Georgia Says

The Augusta (Ga.) Chronicle on less talk, more action for President Obama:

President Barack Obama loves to show off his basketball prowess now and then. His favorite move on the court: the pivot.

The Wall Street Journal wrote this past week that "President Obama made his fourth or fifth, or maybe it's the seventh or eighth, pivot to the economy." By another reporter's count, the president has pivoted to supposedly make the economy a priority 19 times now.

That's a lot of talk with very little action. If it's really a priority, why must the topic be pivoted to so much?

What it all means to you is that this president is more concerned with using the sputtering economy as a talking point to occasionally change the subject. And to somehow blame Republicans for his record. In short, Barack Obama has seen his track record, and he's not going to take it anymore!

Obama claimed in his latest pivot to the economy that he wants to work with Republicans to get things going. But skipping out of Washington to make empty campaign-style, beat-opponents-over-the-head speeches won't get the job done on jobs.

President, for goodness' sake, you are term-limited; stop campaigning and start governing! Meet with Congress and find some common ground on the economy.

Obamacare is a proven job killer, and the worst of it hasn't even been implemented. How can it not be a job killer? It disincentivizes business growth and having full-time workers, and is raising the costs of health insurance drastically. It's so ominous that Obama had to delay full implementation of it until 2015 - and even his hard-left union friends are sending up warning flares about "Obamacare's" potential to destroy the middle class.

Obama's much-vaunted "economic" speech was more about how to distribute the pie, rather than how to grow it for everyone.

Being an inveterate sports fan, you would think the president would appreciate the beauty of a system based on merit and individual ability, achievement and reward.

Why is a meritocracy in sports a good thing, but not elsewhere?

Savannah Morning News on House vote disappointing: 

It's disappointing that the U.S. House narrowly defeated a bill recently that was aimed at responsibly balancing civil liberties with the need to protect Americans from terrorists.

In a 217-205 vote, a coalition made up of supporters of President Obama and the Republican establishment rejected a bill that would have canceled support for the National Security Agency's secret and indiscriminate collection of hundreds of millions of Americans' phone records.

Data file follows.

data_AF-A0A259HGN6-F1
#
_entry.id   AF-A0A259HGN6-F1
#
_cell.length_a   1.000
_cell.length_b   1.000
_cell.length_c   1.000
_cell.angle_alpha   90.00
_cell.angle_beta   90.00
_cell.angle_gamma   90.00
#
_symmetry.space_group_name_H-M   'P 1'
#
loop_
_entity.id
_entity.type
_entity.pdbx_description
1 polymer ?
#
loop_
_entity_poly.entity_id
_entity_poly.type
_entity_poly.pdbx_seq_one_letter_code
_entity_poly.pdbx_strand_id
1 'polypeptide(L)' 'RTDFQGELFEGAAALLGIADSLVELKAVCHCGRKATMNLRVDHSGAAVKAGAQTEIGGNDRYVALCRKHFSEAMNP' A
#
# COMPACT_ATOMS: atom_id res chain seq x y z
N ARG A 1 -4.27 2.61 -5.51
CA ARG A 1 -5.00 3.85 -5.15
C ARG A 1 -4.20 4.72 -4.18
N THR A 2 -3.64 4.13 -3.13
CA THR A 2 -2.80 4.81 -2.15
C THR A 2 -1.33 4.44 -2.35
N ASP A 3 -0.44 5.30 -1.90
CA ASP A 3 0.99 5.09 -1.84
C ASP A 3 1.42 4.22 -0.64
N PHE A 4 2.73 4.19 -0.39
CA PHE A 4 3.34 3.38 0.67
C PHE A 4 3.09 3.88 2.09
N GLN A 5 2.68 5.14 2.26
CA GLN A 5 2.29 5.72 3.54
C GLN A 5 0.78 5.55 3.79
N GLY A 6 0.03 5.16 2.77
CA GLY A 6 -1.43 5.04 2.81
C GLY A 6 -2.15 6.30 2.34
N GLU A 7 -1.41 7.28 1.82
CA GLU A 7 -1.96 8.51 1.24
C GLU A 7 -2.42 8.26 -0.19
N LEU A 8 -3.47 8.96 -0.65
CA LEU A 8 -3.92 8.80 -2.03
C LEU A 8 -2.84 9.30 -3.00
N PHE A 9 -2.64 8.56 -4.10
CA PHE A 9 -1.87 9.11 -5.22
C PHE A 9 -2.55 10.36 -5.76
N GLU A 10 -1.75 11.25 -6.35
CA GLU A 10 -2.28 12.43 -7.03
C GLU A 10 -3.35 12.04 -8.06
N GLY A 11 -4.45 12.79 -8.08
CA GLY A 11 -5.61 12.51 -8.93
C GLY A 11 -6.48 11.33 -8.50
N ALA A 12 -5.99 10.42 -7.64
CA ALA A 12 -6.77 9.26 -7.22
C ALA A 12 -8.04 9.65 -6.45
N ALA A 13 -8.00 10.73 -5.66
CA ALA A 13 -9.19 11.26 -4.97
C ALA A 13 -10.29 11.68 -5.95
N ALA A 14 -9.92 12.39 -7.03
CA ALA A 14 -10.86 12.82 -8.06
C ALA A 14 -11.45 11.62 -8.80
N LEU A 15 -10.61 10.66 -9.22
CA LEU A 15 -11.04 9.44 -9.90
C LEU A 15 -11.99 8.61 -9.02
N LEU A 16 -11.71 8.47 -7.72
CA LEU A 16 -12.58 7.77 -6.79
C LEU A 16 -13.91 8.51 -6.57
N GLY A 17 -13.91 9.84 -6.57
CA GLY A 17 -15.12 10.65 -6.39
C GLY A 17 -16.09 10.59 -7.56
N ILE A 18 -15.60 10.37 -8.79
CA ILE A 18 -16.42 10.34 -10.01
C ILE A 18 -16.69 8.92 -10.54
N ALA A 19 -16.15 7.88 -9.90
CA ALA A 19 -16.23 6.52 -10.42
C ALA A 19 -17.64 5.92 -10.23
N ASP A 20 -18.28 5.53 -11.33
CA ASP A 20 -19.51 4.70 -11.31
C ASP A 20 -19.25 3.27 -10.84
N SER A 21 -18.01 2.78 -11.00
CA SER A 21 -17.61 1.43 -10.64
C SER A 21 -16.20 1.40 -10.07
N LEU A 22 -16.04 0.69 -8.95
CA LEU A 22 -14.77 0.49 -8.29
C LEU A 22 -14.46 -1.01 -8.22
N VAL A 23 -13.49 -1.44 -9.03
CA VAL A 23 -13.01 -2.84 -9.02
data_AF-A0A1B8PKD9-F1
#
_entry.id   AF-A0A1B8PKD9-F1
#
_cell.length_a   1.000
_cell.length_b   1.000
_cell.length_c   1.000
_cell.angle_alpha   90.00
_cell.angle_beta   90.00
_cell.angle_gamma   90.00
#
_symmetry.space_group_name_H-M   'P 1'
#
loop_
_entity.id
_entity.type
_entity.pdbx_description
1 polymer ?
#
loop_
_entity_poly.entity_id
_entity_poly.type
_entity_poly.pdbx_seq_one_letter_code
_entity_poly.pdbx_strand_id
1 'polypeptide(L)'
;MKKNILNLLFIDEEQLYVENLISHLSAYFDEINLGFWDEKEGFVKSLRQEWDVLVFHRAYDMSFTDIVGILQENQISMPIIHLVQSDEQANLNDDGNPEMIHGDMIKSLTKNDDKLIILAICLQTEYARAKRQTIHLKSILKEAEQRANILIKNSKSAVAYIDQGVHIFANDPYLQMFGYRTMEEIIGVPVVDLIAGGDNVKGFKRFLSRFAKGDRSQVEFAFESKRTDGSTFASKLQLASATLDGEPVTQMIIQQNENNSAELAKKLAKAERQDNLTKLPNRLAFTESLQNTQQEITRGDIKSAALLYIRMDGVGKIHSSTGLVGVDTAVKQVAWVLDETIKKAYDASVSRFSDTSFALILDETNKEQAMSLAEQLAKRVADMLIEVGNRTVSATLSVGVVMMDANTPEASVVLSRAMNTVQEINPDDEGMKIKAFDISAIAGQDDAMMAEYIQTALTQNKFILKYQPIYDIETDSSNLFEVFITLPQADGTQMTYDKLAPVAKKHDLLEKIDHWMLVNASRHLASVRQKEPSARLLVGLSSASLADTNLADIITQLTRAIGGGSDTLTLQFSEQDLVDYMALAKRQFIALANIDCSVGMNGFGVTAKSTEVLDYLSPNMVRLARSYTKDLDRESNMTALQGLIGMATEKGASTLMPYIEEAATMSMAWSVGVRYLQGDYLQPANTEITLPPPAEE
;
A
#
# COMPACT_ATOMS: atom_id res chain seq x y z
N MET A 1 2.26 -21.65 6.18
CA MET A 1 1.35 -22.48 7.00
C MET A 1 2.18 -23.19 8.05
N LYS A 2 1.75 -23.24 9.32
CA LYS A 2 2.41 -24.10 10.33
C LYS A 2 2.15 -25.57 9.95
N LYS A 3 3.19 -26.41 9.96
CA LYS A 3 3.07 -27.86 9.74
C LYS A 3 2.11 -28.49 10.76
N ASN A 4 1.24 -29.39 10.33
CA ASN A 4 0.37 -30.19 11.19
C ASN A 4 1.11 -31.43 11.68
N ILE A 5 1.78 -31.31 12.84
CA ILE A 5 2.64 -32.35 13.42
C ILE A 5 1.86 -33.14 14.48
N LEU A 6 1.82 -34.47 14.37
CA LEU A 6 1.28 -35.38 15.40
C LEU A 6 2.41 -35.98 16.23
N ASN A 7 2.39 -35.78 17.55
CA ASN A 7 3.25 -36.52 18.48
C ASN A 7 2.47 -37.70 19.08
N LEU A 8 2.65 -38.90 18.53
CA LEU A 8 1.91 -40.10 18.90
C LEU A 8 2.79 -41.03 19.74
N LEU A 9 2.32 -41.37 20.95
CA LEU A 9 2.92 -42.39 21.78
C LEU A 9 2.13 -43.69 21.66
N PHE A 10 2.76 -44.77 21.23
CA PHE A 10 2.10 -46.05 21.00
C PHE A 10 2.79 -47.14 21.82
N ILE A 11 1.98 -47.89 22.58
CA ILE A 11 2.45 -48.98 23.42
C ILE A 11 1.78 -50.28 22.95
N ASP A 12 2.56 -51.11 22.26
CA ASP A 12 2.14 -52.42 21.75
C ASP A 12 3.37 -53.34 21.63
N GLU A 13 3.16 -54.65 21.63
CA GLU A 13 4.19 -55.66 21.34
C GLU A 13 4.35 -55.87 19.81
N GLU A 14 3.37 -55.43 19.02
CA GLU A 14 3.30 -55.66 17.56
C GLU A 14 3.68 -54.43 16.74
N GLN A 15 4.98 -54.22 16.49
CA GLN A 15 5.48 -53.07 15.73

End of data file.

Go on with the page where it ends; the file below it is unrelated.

Instead, had Congress approved the measure and the president signed it into law, the NSA would have to identify an individual who's under investigation before it could snoop in someone's phone calls and text messages.

To his credit, U.S. Rep. Jack Kingston, who's running for the U.S. Senate, supported this sensible change.

This week's vote was billed as the first showdown on America's surveillance program since former NSA systems analyst Edward Snowden skipped the country and leaked classified information last month, which spelled out the government's secret information-gathering activities.

Make no mistake.

House Republican Justin Amash of Michigan, who sponsored the reform bill that was voted down, believed the government overstepped the boundaries spelled out in the Patriot Act.

That's the law, approved in the wake of the 9/11 attacks, that enables the executive branch to carry out its duty to protect Americans from terror attacks while not becoming Big Brother.

Reasonable people can disagree on how this balance is struck. But in the case of the random collection of metadata — phone records of numbers called and the duration of the calls — is the equivalent of hauling in haystacks to look for needles.

The government argues that it's looking for suspicious patterns and doesn't seek names or content of those calls until a court finds probable cause and gives it permission.

As far as data collection is concerned, the sifting of metadata can help authorities confirm the existence of possible terrorists and their terror cells. But investigators shouldn't be able to randomly cull through data sources to root out bad apples. They must be more precise on the front end. That way, the privacy rights of the many aren't butchered, which is what the Patriot Act protects.



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